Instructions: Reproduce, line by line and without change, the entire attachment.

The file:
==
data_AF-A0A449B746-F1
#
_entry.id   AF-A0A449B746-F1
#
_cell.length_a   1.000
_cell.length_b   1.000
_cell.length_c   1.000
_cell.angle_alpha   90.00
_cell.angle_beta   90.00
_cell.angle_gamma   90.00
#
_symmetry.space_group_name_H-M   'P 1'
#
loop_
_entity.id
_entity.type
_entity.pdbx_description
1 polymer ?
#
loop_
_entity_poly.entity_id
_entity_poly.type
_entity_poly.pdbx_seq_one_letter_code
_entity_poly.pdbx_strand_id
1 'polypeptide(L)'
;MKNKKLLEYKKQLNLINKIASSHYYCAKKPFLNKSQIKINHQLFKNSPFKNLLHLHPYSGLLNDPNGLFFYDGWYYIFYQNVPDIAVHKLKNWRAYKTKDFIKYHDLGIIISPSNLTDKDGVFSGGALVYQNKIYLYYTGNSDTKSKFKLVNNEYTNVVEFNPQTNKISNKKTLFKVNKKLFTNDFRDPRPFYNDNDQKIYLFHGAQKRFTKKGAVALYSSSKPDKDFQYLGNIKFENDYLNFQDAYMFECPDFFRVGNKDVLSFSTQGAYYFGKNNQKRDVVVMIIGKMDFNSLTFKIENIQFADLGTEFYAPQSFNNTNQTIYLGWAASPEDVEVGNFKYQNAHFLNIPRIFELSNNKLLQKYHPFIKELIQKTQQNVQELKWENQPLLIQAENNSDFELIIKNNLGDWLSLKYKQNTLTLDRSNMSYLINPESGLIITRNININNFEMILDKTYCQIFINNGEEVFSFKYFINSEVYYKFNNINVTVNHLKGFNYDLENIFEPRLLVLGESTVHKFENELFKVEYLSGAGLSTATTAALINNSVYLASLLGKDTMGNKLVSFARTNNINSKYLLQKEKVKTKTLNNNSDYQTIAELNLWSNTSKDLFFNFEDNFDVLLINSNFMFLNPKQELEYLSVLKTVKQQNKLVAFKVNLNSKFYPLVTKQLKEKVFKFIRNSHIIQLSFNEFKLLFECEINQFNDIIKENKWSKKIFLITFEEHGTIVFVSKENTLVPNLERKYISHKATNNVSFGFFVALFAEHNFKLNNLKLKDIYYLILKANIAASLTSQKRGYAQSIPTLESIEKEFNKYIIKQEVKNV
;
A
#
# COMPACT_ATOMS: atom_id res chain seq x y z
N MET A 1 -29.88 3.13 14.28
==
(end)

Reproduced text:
data_AF-A0A449B746-F1
#
_entry.id   AF-A0A449B746-F1
#
_cell.length_a   1.000
_cell.length_b   1.000
_cell.length_c   1.000
_cell.angle_alpha   90.00
_cell.angle_beta   90.00
_cell.angle_gamma   90.00
#
_symmetry.space_group_name_H-M   'P 1'
#
loop_
_entity.id
_entity.type
_entity.pdbx_description
1 polymer ?
#
loop_
_entity_poly.entity_id
_entity_poly.type
_entity_poly.pdbx_seq_one_letter_code
_entity_poly.pdbx_strand_id
1 'polypeptide(L)'
;MKNKKLLEYKKQLNLINKIASSHYYCAKKPFLNKSQIKINHQLFKNSPFKNLLHLHPYSGLLNDPNGLFFYDGWYYIFYQNVPDIAVHKLKNWRAYKTKDFIKYHDLGIIISPSNLTDKDGVFSGGALVYQNKIYLYYTGNSDTKSKFKLVNNEYTNVVEFNPQTNKISNKKTLFKVNKKLFTNDFRDPRPFYNDNDQKIYLFHGAQKRFTKKGAVALYSSSKPDKDFQYLGNIKFENDYLNFQDAYMFECPDFFRVGNKDVLSFSTQGAYYFGKNNQKRDVVVMIIGKMDFNSLTFKIENIQFADLGTEFYAPQSFNNTNQTIYLGWAASPEDVEVGNFKYQNAHFLNIPRIFELSNNKLLQKYHPFIKELIQKTQQNVQELKWENQPLLIQAENNSDFELIIKNNLGDWLSLKYKQNTLTLDRSNMSYLINPESGLIITRNININNFEMILDKTYCQIFINNGEEVFSFKYFINSEVYYKFNNINVTVNHLKGFNYDLENIFEPRLLVLGESTVHKFENELFKVEYLSGAGLSTATTAALINNSVYLASLLGKDTMGNKLVSFARTNNINSKYLLQKEKVKTKTLNNNSDYQTIAELNLWSNTSKDLFFNFEDNFDVLLINSNFMFLNPKQELEYLSVLKTVKQQNKLVAFKVNLNSKFYPLVTKQLKEKVFKFIRNSHIIQLSFNEFKLLFECEINQFNDIIKENKWSKKIFLITFEEHGTIVFVSKENTLVPNLERKYISHKATNNVSFGFFVALFAEHNFKLNNLKLKDIYYLILKANIAASLTSQKRGYAQSIPTLESIEKEFNKYIIKQEVKNV
;
A
#
# COMPACT_ATOMS: atom_id res chain seq x y z
N MET A 1 -29.88 3.13 14.28